[0025] Another variable related to the solvent selection is the material into which the dissolved solution of polymer is to be introduced to cause precipitation. Alternatives that could be considered include any liquid that would not similarly act as a solvent for the polymer and which is miscible with the solvent used to dissolve the polymer. In the case of polypropylene, methanol and acetone were considered for use. As described in the examples below, methanol and acetone are believed particularly suitable for use with the polypropylene as the base polymer. These "non-solvents" preferably result in roughly immediate precipitation of the composite, are separable from solvent via distillation, and are easily removed from the resulting nanocomposite.

[0026] As will be appreciated, the precipitated material may be subsequently filtered, dried, or similar processed so as to produce the masterbatch material. After completion the masterbatch may be used in its highly-concentrated state, or may be further compounded with additional polymer material (virgin or reground/recycled) to produce a nanocomposite with a desired halloysite concentration and a satisfactory dispersion of halloysite in the nanocomposite.

[0027] The masterbatch, in an alternative embodiment, may be formed using a twin- screw extrusion process to produce a concentrated HNT polymer blend, typically 20-60 wt% HNT in polymer, and more preferably 30-50 wt% HNT in polymer. [0028] After formation of the masterbatch, the final nanocomposite is formed through melt blending in an extrusion or molding process, such as a blown film molder, an injection molder or a single screw film extrusion process. Masterbatch pellets, flake or powder are, as one method contemplated herein, dry blended with neat polymer and fed into the molding or extrusion machine. A typical nanocomposite formed through this invention has 5-10 wt% nanofiller, so is formed through dry blending a 10-20 wt% masterbatch with 80-90 wt% neat polymer. Additional additives, such as compatibilizers, plasticizers, stabilizers, and the like, may be included in the blending operation.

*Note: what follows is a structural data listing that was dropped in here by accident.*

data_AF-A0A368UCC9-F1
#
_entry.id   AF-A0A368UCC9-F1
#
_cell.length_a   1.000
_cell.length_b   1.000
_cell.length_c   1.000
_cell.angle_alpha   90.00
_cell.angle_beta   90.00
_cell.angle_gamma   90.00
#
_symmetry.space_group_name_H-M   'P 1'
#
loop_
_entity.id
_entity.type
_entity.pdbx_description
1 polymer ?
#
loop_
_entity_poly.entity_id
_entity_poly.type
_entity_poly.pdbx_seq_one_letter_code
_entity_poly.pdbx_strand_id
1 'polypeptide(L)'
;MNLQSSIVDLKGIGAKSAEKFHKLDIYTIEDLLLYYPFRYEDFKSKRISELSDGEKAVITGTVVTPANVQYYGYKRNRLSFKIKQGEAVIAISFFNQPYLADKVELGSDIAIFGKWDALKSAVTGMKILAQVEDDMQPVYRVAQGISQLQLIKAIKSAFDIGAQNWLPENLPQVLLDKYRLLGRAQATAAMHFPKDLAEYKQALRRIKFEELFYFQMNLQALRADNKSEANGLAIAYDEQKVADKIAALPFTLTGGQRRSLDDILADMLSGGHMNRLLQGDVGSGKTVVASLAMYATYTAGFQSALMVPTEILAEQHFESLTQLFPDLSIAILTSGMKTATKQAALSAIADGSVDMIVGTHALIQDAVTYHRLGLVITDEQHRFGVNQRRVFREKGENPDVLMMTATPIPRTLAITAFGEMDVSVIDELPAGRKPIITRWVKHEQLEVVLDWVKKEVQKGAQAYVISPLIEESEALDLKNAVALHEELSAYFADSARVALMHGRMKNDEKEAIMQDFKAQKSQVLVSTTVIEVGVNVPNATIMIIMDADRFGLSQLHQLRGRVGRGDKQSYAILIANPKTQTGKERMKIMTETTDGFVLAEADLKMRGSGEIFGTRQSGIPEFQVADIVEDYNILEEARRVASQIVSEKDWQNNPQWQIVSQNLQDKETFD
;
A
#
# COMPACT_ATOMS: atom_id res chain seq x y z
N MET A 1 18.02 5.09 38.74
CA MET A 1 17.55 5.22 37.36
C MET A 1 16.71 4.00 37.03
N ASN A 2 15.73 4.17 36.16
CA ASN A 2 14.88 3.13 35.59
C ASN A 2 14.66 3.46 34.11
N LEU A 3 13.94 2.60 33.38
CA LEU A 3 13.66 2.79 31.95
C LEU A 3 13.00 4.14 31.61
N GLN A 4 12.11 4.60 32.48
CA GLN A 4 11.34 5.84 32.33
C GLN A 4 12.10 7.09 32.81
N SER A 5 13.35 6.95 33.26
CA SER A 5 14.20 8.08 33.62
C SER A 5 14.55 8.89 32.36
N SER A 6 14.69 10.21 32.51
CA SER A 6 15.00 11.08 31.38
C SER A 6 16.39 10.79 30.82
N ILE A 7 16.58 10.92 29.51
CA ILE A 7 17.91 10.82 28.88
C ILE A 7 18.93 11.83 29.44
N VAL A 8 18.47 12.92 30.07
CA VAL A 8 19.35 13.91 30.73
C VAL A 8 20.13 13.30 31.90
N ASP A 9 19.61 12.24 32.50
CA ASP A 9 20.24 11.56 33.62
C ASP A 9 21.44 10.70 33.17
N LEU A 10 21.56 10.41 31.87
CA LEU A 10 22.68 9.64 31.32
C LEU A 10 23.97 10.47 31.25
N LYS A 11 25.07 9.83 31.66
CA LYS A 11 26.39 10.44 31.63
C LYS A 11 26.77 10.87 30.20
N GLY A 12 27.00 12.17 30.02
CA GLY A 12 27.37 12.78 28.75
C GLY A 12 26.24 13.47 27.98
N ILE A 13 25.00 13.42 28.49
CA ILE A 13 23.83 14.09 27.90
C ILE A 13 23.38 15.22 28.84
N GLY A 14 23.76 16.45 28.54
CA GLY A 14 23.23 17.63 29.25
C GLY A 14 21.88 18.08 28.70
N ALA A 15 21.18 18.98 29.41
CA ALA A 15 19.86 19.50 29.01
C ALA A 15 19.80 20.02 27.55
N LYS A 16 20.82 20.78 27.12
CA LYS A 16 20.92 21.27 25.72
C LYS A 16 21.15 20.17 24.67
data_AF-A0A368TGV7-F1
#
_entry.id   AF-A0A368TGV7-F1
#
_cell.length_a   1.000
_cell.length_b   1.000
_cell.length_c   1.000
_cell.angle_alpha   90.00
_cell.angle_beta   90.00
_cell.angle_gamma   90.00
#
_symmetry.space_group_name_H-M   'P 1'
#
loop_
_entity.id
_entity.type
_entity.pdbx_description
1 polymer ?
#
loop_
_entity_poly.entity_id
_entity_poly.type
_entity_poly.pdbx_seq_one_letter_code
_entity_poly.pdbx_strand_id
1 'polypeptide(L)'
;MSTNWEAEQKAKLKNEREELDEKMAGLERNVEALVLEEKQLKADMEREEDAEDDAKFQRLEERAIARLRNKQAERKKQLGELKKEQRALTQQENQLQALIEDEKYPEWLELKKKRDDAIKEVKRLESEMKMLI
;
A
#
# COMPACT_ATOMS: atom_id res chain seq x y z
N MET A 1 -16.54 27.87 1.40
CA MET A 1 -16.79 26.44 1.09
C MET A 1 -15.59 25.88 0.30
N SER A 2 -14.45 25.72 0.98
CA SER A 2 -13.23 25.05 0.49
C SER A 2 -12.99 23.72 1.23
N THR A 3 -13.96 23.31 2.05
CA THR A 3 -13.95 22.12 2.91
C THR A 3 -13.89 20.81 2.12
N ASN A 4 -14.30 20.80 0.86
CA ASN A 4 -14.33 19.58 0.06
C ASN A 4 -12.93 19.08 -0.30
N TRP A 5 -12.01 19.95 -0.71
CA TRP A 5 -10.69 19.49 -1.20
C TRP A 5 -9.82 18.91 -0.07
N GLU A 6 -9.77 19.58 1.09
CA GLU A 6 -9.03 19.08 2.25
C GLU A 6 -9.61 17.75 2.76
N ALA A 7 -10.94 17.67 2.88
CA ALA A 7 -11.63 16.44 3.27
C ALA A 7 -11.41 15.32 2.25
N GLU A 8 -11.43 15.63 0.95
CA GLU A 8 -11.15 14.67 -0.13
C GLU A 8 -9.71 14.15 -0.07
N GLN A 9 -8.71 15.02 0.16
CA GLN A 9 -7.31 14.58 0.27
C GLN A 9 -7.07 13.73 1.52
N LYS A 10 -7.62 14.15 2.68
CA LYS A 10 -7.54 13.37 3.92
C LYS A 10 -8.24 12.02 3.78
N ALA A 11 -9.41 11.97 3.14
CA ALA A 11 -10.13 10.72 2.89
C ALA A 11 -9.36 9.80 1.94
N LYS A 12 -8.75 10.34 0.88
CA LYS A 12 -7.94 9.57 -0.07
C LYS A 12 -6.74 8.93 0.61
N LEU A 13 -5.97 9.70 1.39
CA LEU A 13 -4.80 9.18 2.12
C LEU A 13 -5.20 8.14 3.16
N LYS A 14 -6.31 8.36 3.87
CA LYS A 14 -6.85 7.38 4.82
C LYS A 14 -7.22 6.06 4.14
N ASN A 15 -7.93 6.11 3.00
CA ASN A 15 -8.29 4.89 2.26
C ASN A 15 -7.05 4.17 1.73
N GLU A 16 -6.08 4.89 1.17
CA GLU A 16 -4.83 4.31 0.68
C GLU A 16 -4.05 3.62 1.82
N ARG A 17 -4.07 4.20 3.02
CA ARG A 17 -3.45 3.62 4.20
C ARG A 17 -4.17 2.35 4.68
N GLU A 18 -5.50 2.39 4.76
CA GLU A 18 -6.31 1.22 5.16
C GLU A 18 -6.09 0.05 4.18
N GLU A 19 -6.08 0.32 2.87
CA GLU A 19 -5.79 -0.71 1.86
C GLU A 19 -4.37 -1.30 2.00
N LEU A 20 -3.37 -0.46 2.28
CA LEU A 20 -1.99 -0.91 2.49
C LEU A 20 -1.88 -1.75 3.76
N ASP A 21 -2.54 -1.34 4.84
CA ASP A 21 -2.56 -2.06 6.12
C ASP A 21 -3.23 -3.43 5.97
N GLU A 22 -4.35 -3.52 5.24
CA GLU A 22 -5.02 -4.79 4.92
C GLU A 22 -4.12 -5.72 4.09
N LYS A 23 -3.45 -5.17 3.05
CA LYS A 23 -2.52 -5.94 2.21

[0029] It should be further appreciated that the halloysite nanotubes may be surface treated prior to incorporation in the masterbatch.

EXAMPLES

[0030] The practice of one or more aspects of the invention are illustrated in more detail in the following non-limiting examples:

Example 1 :

[0031] To make a nylon nanocomposite :

[0032] 1. A commercial grade of Nylon-6 resin named Ultramid® B3K is obtained from BASF and dried at 85°C under vacuum for 16 hours. In addition, Halloysite MP-SM1 material obtained from lmerys New Zealand China Clays is also placed in a vacuum oven at 1100C for 16 hours.

[0033] 2. The dry Nylon-6 resin is fed at a controlled rate to a Werner and

Pfleiderer ZSK-30 twin screw extruder operating at a 44:1 L/D ratio. The setup of this extruder is seen in FIG. 4, where the various zones are depicted and where KB illustrates kneading blocks interspersed within the screw extruder that intermixes the halloysite and the polymer. Temperatures in each of the extruder segments do not exceed 2600C except for the die that is set to about 275°C (dependent upon the polymer material being used).

[0034] 3. A metered amount of Halloysite MP-SM1 is added to the extrusion process so as to result in a masterbatch of about 30% Halloysite by weight. [0035] 4. The molten extrudate is passed through a water bath to cool and excess water is removed via an air knife. The cooled extrudate is then cut in regular sized increments to result in a pelletized material.

[0036] 5. The resultant HNT/nylon masterbatch may then be dry blended with neat

Nylon-6, so that the final mixture contains about 7.5 wt% Halloysite.

[0037] 6. Subsequently, the final mixture may be molded in an injection molder to form a nanocomposite material via standard nylon-6 molding temperatures, pressures, and times. [0038] 7. Tensile testing is conducted according to ASTM D638 standards.

Example 2: